"What you've seen is an evolution of the consent orders to try and get more and more future safety," NHTSA Administrator Mark Rosekind told reporters last week. "What started in GM with some independent oversight has clearly evolved now to having a monitor, which was used by DOJ previously with Toyota. We have tried to take the best of what we learned from every one of these and continue to improve each one of these actions."
That approach may help NHTSA satisfy some of the public demand for tougher safety standards and enforcement, even as legislative efforts to strengthen auto-safety laws and boost regulators' resources languish in Congress.
"This may be a way for NHTSA to leverage its limited manpower in the enforcement area by requiring this independent monitor to do a lot of the legwork that NHTSA can't do itself because it doesn't have the person-power to do it," said Allan Kam, a former NHTSA enforcement attorney and safety consultant.
For example, the deal calls on FCA to impose penalties, such as withholding incentives, on dealers that sell unrepaired recalled vehicles, new or used. That's aimed squarely at tightening the so-called used-car loophole that has allowed unrepaired used cars to be sold to unwitting buyers, as was the case with Carols Solis IV, who died in Texas in January from injuries caused by a defective Takata airbag in a Honda Accord he had bought secondhand.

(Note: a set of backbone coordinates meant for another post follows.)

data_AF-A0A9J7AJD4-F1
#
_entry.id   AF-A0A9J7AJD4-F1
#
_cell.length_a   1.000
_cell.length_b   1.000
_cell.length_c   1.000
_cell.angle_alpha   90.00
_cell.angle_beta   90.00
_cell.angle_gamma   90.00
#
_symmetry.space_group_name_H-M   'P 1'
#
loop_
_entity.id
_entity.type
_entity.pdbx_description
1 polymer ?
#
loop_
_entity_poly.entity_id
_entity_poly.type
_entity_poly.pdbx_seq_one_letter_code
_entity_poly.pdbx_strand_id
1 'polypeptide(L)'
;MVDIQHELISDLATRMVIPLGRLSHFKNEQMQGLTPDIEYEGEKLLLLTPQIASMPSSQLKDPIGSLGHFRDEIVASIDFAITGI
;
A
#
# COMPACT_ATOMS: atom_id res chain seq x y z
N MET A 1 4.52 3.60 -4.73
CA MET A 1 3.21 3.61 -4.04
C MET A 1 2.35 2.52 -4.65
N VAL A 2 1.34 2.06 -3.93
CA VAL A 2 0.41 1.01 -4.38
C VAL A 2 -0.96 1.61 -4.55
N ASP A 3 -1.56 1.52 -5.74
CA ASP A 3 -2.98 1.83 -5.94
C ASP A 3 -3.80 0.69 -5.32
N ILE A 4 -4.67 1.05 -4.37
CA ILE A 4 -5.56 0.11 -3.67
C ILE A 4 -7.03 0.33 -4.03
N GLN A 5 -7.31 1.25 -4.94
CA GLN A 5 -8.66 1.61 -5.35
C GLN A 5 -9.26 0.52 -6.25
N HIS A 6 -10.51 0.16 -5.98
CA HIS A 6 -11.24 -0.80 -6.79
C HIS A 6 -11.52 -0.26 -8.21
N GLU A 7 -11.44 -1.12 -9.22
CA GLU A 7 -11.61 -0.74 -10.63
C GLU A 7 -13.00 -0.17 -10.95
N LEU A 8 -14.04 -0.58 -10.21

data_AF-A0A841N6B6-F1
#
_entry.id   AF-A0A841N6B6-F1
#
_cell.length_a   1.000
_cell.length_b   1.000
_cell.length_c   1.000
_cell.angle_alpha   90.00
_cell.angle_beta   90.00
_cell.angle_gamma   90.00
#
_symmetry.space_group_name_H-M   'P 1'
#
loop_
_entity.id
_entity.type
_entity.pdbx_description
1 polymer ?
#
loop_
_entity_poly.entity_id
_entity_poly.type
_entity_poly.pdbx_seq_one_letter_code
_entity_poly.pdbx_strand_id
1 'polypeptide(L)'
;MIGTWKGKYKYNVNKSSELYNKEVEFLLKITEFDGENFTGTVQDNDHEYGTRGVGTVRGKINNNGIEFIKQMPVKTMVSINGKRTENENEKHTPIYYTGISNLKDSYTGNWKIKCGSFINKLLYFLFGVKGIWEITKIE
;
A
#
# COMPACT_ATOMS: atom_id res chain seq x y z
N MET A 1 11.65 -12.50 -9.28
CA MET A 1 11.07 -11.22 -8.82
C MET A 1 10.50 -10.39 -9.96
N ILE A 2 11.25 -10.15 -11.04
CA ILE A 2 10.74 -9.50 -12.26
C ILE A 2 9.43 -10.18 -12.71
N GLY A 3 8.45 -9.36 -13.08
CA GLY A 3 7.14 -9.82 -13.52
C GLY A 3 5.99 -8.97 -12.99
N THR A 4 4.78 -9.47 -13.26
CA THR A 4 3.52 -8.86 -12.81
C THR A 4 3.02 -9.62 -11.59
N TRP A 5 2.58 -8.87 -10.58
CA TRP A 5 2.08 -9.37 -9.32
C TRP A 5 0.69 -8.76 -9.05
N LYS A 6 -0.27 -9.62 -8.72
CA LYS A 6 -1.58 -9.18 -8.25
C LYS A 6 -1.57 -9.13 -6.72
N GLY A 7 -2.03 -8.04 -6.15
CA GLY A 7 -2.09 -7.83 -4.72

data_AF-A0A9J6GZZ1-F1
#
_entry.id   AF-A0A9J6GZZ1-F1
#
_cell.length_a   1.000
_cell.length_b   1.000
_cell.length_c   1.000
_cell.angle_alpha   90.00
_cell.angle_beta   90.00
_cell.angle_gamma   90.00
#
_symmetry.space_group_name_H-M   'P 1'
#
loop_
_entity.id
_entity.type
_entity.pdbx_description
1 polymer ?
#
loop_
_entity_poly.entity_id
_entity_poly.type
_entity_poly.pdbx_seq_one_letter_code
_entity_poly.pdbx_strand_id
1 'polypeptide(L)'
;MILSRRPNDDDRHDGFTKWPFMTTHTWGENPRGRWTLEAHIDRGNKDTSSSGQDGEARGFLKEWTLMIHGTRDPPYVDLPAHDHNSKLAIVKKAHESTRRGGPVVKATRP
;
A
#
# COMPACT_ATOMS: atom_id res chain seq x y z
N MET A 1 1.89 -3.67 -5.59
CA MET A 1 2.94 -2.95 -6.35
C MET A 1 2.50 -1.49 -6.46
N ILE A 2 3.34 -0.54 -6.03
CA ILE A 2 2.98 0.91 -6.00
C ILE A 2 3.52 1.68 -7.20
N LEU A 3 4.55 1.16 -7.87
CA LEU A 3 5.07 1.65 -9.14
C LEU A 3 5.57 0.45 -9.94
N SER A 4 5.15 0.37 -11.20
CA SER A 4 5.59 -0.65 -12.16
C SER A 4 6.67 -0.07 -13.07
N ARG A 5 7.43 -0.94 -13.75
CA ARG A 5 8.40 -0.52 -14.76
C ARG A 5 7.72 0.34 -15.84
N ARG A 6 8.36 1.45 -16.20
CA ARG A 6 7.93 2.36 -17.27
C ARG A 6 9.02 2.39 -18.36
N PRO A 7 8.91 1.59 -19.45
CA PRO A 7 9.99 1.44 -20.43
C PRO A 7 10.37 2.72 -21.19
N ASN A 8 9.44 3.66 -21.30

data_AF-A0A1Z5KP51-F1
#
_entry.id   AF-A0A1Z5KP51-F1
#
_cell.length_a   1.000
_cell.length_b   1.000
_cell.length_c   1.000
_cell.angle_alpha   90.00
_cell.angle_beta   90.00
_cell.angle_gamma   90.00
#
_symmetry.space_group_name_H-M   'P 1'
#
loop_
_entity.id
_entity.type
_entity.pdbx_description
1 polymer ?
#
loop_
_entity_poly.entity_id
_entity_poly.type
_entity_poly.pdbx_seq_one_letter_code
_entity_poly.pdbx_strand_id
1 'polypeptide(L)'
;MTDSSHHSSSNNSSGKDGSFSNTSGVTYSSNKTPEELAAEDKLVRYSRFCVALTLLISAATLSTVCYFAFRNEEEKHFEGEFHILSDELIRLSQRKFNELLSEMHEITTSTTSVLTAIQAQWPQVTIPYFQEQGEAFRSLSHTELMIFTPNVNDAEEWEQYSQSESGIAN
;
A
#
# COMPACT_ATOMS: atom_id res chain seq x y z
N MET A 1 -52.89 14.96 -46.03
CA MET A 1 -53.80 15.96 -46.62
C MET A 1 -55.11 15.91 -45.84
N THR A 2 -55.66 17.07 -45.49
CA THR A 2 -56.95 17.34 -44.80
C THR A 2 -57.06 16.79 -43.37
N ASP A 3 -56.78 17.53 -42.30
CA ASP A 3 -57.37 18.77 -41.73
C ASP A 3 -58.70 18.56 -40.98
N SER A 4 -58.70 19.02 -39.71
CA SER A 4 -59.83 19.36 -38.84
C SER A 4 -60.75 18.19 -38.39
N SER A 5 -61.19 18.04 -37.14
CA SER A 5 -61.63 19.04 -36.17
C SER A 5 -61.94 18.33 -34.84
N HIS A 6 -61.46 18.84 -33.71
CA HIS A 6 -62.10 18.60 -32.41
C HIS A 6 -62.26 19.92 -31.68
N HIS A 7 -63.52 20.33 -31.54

Federal and state lawmakers have proposed several bills to close that loophole in the past year, but they have faced resistance from dealers and industry lobbyists who consider it too burdensome.
NHTSA will make FCA ease that burden, ordering it to lead an effort to compile recall data -- based on vehicle identification numbers -- from other automakers to be made available for bulk recall searches, a key need for dealers seeking to check their used-car inventories for recalled cars.
Another provision bars FCA from postponing a decision about whether to issue a recall until it finds a root cause or a proposed fix. That was a factor in both the GM switch and Takata airbag cases.
Under the deal, Fiat Chrysler must fund a number of "outreach" initiatives over the next three years to share best safety practices and help improve recall participation industrywide.
It will be required, for example, to develop and "scientifically" test options for making recall notifications more effective.
With so much work entrusted to FCA, effective monitoring will be key, Ditlow said.
"If it's a Fiat Chrysler show from start to finish, is it really going to be good?" he asked. "Because you're depending on the same company that had bad practices for so many years that led to this consent agreement."